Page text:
Do you really need a COVID booster shot? Immunologist sifts through confusion

ATHENS, Ga. — As many people are still getting their first or second COVID-19 vaccine injections, some are already lining up for a booster shot. However, health officials still haven’t made it perfectly clear if everyone will need a third shot or when the initial vaccination will wear off — if it does at all. Now, researchers from the University of Georgia report COVID-19 antibodies do appear to drop off six months post-vaccination. However, that doesn’t mean a booster shot is necessary right now. Study authors explain a lower antibody count doesn’t mean a drop in protection.

“Overall, antibody levels are decreasing, but their ability to protect against infection isn’t,” says lead study author Ted Ross, director of UGA’s Center for Vaccines and Immunology, in a university release. “The quality is still there even if the total quantity has gone down.”

Recovering COVID patients may only need 1 shot

Researchers conclude that vaccination offers much more robust and long lasting COVID-19 protection than natural immunity achieved via infection and recovery. Vaccinated study participants displayed much higher levels of neutralizing antibodies. Moreover, antibodies gained via vaccination are also more effective at “binding” with the virus, which prevents it from infecting cells.

It’s worth noting that this research also concludes most individuals who had already recovered from COVID-19 only needed a single jab of either the Pfizer or Moderna vaccines to achieve full immunity. Researchers stress, though, that most doesn’t mean all. Some recovered individuals will indeed require both shots and there is no way to tell who does or who doesn’t. With all that in mind, Prof. Ross advises everyone to get both shots.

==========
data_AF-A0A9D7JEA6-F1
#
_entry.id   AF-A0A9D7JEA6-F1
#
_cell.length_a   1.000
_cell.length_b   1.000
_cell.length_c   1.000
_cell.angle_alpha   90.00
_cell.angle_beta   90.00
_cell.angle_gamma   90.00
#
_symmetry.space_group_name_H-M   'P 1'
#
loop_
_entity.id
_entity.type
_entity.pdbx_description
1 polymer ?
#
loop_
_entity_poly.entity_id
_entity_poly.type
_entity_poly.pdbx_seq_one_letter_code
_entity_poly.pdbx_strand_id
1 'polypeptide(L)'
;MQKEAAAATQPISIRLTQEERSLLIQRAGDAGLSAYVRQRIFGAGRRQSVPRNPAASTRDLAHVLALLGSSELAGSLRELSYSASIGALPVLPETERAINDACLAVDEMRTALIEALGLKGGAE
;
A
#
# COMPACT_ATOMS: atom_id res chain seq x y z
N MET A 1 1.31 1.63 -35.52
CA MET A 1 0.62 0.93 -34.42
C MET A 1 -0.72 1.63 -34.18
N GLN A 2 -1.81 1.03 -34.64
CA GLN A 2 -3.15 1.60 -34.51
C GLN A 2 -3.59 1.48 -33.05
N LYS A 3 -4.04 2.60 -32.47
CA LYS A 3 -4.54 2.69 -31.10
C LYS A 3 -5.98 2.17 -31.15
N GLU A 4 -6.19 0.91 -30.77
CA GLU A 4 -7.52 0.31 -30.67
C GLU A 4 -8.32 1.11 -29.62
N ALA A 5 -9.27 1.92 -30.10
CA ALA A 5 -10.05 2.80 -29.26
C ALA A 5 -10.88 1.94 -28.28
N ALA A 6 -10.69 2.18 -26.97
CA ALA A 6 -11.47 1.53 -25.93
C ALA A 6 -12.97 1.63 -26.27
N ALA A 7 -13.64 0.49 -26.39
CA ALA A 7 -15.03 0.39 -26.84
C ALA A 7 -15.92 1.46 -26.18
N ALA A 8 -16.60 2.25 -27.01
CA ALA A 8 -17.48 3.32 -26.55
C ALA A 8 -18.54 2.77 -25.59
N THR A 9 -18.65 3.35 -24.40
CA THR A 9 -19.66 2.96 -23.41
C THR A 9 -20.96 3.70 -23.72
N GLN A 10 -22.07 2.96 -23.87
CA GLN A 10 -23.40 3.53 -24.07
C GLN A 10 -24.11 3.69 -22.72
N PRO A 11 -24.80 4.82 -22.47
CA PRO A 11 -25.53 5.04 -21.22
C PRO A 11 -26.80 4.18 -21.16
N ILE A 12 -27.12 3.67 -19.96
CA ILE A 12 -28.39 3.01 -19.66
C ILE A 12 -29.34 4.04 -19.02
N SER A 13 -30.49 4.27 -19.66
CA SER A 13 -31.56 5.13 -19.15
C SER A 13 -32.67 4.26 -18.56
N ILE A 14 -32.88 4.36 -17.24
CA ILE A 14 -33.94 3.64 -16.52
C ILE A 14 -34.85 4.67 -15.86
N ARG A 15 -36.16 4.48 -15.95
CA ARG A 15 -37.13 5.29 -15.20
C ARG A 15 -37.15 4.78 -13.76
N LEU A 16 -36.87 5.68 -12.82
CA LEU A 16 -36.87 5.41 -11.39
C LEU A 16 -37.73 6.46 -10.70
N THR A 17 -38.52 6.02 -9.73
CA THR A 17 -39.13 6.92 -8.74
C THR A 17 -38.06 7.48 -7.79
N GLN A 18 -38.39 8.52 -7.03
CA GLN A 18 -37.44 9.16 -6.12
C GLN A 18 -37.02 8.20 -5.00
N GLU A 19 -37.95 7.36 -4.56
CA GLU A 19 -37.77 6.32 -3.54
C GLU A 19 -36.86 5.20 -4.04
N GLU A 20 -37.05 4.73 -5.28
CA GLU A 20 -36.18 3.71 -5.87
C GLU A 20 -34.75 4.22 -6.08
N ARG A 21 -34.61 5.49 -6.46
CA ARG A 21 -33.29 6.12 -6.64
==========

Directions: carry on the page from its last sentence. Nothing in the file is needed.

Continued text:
“It doesn’t hurt you to get the second one,” the researcher states.

These findings are part of a larger multi-year surveillance program encompassing over 3,100 people between the ages of 18 and 90 years-old. Each person continually provides blood and saliva samples on a monthly basis in order to track immune responses to vaccination or natural infection.

“The takeaway is that even if you have waning antibodies, the quality of those antibodies still protect you against severe disease and hospitalization,” Prof. Ross adds. “People were concerned that if you had waning antibody levels, you would become susceptible to the virus again. But right now that doesn’t seem to be the case for most people.”

So, who does need a COVID-19 booster shot?

According to the CDC, older adults, those with underlying health conditions, and people who work or live in areas deemed high-risk should all pursue a booster shot roughly six months after receiving both doses of either the Moderna or Pfizer vaccines (or the single J&J dose).

If you don’t fall into those categories, researchers believe a booster shot shouldn’t be a priority at this time.

“Now I don’t know what will happen in another six months or another 12 months, but right now, if you were vaccinated in the spring, you should still have protective antibodies in you,” Prof. Ross comments. “The elderly tend to lose their immunity more quickly. We see that with influenza too. That’s why they have to get vaccinated again. Younger people can maintain it longer.”

“My attitude is that if you’re offered one, you should get one. It can’t hurt you,” he concludes. “And unfortunately, here in the U.S., many of the vaccines are being thrown away because they reached their expiration date. It’s unfortunate that we’re not shipping them around the world to other people who need them, but if the alternative is throwing them away, Iay get a booster shot.”

The paper appears in the journal Frontiers in Immunology. 

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